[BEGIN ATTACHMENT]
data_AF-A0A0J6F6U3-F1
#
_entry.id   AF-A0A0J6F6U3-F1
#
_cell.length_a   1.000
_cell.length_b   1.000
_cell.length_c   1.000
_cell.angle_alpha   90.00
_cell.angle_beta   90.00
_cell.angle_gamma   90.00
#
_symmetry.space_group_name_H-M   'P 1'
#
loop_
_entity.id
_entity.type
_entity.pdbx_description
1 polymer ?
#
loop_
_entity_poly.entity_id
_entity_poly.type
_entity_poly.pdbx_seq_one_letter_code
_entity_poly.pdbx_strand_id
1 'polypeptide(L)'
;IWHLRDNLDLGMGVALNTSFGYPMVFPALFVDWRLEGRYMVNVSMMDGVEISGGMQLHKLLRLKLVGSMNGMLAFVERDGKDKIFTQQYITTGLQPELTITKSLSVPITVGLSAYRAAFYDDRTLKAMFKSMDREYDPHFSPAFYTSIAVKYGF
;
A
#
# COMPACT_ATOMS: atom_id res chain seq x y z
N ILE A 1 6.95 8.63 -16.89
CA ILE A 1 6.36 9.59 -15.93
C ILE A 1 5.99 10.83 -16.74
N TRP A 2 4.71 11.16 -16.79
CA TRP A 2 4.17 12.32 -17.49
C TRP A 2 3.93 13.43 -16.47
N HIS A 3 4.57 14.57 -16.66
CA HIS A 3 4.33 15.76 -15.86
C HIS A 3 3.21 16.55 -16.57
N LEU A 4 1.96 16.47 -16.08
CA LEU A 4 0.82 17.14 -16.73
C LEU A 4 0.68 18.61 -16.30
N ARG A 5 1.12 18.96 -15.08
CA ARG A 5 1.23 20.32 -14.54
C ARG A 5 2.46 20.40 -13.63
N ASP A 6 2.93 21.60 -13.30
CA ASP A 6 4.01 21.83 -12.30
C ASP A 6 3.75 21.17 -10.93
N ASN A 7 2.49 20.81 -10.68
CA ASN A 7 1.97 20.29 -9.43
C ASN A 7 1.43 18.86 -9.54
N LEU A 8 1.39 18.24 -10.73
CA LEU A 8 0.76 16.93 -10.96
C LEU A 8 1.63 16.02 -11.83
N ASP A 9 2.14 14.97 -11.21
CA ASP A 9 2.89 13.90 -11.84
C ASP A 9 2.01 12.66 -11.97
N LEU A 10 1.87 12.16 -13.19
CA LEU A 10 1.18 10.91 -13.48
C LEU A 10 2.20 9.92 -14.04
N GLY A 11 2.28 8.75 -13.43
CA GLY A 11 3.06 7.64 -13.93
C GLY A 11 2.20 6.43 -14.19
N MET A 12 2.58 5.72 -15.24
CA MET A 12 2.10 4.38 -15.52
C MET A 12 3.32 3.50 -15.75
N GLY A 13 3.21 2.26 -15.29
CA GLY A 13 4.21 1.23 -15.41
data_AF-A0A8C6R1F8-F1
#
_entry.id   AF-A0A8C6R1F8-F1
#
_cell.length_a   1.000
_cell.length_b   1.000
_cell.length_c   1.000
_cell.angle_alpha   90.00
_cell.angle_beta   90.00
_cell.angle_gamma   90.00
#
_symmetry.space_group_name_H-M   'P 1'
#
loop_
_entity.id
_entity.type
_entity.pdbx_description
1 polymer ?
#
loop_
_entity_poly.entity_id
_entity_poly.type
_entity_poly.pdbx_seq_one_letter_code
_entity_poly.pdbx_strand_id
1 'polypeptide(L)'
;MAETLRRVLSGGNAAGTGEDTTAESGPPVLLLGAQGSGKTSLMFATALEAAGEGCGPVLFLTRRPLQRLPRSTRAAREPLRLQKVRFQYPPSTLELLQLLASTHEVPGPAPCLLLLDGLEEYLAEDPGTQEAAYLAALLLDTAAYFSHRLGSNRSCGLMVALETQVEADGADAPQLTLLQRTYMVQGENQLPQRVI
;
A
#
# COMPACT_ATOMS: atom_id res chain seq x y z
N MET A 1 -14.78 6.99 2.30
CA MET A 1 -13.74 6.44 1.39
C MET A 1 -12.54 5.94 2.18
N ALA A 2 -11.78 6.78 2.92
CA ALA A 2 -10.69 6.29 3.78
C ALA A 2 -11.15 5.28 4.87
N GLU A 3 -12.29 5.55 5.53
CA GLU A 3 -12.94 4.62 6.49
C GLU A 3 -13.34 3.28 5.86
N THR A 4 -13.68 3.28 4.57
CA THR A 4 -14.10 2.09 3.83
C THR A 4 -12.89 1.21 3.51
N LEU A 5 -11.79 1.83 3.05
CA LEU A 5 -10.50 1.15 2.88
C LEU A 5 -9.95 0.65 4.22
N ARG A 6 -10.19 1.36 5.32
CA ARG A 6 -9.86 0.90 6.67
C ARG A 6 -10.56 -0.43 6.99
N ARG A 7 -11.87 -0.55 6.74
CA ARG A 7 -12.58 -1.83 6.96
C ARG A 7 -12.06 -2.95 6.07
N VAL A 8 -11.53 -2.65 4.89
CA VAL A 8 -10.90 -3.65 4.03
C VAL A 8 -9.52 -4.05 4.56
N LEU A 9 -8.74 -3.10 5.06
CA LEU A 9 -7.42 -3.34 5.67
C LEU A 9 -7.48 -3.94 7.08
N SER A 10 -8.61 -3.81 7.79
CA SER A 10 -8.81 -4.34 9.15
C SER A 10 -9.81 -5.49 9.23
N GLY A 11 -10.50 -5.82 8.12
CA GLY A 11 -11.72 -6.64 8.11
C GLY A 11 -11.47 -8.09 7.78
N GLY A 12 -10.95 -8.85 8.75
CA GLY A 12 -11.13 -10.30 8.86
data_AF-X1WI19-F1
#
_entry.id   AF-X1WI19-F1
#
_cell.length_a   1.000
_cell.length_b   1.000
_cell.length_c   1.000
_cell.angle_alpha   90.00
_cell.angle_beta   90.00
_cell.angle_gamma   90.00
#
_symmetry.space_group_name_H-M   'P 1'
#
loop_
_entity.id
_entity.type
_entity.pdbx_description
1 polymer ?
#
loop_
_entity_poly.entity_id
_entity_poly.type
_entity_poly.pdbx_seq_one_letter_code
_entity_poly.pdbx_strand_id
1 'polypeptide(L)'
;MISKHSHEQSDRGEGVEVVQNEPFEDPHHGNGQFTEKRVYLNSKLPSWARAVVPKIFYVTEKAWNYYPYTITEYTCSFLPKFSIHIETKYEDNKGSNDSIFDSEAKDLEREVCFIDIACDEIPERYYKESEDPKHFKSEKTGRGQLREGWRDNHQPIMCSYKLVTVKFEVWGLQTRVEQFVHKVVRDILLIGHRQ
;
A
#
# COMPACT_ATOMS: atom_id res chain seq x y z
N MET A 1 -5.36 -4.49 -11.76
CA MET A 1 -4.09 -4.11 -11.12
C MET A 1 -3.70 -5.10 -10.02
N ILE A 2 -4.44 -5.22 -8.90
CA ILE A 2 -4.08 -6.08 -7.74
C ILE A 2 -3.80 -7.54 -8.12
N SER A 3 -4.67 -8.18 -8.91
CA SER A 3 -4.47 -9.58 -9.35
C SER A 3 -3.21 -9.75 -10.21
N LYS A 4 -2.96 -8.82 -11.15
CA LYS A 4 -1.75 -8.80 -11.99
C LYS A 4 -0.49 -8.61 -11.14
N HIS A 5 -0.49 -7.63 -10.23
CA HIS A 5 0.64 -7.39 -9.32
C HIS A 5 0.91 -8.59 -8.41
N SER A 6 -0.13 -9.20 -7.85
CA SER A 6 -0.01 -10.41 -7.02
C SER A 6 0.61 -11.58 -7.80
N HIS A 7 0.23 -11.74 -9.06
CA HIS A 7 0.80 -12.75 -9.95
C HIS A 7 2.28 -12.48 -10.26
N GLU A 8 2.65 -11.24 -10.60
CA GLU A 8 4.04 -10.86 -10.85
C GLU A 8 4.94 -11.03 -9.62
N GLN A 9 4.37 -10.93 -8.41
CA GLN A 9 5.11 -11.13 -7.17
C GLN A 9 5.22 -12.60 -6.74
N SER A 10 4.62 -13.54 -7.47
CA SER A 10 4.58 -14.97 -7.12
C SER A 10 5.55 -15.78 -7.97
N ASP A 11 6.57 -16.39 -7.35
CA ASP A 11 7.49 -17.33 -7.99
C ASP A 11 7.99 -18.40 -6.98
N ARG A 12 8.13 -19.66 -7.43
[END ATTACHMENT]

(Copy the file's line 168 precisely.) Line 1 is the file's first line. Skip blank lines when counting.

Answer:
CA ILE A 2 -4.08 -6.08 -7.74